Thank You God That I Am Better Than Other People
Jesus was telling another one of his stories. This story was about two men who came to the temple to pray. The first man was a religious leader, a Pharisee. And the second man was a hated tax collector.
The Pharisee prays first: “God, I thank You that I am not like the other people around here– some of whom are extortionists, unjust, and adulterers. And I am so much better than this tax collector praying here next to me.” (Luke 18:11) Jesus goes on telling that this Pharisee is standing tall, so proud of himself. He goes on bragging to God about all the good things he has done. “I fast twice a week; I give tithes of all that I have.” (Luke 28:12)
And then Jesus described the second man who has come to pray- the tax collector. The tax collector slumps into the temple with his head down and beating his breast. Bowing down to the ground he begs: “God, be merciful to me a sinner!”
Two prayers of two men! A proud man showing off before God and a humble man pleading to God for mercy. Jesus ends his story by saying that God heard the humble mans’ prayer and took away his sins. But the proud prayer of the Pharisee was not pleasing to God. “Everyone who exalts himself will be humbled, and the person who humbles himself will be exalted.” Jesus added. (Luke 18:14b)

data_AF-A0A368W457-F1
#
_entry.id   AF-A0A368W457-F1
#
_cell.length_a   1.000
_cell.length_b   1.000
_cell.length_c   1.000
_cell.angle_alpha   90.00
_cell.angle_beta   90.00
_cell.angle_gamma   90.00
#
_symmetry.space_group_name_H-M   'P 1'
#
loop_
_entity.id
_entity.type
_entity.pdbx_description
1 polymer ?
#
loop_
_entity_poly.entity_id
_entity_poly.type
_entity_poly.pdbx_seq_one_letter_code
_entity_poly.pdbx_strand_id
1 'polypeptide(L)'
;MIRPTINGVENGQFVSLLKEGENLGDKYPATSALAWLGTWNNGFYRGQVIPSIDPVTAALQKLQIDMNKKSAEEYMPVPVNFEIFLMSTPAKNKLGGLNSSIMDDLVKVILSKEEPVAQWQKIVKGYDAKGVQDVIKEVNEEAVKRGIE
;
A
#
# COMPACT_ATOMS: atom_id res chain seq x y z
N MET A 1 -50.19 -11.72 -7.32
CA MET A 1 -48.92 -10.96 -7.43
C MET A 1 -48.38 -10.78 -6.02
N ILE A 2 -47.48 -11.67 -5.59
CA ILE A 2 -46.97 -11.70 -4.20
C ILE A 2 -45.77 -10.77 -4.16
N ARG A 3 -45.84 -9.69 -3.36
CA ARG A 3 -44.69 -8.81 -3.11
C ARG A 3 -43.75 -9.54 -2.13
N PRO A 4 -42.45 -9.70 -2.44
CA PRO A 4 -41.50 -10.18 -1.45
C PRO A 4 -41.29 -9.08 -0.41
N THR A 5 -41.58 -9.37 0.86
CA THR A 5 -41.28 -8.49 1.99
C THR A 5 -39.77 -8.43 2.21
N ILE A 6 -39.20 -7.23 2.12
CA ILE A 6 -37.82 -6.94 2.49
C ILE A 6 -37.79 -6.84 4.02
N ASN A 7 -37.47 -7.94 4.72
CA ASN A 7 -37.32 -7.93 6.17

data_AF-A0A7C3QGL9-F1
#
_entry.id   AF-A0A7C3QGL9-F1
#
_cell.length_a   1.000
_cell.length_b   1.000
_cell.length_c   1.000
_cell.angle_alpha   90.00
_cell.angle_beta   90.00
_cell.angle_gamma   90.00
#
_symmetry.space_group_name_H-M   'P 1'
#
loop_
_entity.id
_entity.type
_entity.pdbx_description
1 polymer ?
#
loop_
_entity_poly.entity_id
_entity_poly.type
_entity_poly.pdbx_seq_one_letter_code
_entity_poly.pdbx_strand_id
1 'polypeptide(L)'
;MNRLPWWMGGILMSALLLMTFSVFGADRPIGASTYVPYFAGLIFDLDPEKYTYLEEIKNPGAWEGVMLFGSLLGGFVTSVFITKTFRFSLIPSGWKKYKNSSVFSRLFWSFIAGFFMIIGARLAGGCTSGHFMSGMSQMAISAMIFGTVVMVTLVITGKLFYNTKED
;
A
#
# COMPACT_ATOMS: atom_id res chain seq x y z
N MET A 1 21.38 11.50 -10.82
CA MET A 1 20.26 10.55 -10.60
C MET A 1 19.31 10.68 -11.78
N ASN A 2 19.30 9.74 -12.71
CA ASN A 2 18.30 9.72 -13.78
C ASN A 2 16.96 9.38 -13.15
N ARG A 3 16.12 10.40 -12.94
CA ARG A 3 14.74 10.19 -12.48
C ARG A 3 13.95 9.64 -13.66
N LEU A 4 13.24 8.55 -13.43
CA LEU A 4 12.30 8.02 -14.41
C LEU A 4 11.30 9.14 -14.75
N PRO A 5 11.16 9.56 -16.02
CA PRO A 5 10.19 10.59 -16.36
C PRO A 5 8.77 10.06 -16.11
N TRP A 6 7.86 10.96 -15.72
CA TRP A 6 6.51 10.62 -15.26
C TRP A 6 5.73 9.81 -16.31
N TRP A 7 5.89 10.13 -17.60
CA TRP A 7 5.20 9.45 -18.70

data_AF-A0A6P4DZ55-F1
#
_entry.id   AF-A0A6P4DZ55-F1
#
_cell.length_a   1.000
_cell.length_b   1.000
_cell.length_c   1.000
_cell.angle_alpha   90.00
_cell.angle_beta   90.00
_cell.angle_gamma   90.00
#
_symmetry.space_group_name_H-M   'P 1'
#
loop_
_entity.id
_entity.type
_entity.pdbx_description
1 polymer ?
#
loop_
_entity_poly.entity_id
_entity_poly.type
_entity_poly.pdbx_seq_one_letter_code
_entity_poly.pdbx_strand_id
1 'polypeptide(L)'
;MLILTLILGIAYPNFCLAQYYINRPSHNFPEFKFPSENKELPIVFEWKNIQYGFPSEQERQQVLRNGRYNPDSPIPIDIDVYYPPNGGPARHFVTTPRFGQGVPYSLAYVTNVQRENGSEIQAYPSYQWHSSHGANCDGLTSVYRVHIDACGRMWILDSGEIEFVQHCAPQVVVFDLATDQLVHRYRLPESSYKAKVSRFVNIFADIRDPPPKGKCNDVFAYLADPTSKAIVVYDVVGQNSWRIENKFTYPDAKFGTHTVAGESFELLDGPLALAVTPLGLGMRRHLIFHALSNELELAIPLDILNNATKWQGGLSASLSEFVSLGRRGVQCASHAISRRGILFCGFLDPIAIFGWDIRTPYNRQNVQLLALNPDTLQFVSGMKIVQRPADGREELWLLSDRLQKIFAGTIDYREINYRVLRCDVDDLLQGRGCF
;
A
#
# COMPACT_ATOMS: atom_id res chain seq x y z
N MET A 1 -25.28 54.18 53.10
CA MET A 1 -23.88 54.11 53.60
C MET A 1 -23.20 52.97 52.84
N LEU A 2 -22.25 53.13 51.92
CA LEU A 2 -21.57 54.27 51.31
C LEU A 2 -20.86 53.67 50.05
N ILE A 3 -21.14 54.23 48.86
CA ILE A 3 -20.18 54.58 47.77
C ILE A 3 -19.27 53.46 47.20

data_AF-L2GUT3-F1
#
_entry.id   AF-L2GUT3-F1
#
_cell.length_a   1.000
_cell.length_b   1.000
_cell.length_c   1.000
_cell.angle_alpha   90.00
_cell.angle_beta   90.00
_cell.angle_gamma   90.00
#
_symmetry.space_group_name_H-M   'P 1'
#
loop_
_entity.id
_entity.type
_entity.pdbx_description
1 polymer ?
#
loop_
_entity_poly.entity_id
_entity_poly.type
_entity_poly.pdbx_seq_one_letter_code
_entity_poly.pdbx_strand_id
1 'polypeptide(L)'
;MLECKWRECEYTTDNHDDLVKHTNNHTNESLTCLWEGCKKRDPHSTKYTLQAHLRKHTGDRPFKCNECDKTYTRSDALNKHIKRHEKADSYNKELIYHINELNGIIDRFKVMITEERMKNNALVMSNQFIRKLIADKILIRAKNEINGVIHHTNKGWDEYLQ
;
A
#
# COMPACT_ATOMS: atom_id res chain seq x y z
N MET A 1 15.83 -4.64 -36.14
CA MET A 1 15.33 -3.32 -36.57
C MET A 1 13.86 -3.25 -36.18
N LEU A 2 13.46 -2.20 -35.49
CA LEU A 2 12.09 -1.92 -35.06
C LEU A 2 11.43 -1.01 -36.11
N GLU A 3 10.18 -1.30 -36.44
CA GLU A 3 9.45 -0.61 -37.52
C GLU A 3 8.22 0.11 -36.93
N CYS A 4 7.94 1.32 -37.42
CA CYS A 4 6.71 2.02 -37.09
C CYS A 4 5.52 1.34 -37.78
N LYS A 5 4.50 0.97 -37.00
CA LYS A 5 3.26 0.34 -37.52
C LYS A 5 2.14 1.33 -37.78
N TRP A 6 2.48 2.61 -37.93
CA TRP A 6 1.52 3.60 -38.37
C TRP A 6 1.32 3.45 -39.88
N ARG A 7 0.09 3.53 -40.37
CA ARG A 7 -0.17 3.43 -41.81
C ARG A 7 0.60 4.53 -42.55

When it came to the proud religious leaders – the “holier than thou crowd” - Jesus often had little patience. He sometimes lashed out in anger at the ones who bragged openly about their “values”. Once He even compared these religious “goodie goodies” to “white washed tombs”. “Woe to you, scribes and Pharisees, hypocrites. You are like white washed tombs which look beautiful on the outside, but inside are full of dead people’s bones and all uncleanness.” (Matthew 23:27)
But Jesus always had compassion for the marginalized people in His society. One time during His ministry Jesus forgave a woman caught in adultery and another time He asked Zacheias, the cheating tax collector if He could spend some time visiting with him in his home. Jesus was always seen eating and praying with the bad folks – the undesirables! (Matthew 9:10-13)
People have always been impressed by outward appearances. And today these shallow values are exploited by the media where we are urged to look sexy and drive expensive cars, wear cool clothes and be seen with the “important” people. But God has never been impressed by our fancy clothes or showy appearance. Scripture says that what is in our hearts is what matters to Him.
Jesus called the religious folks hypocrites- the ones who prayed loudly or did good deeds on street corners or out where everyone could see them. (Matthew 6:5-8) and (Matthew 6:1-4) He said that we shouldn’t try to impress others with our long prayers or good deeds.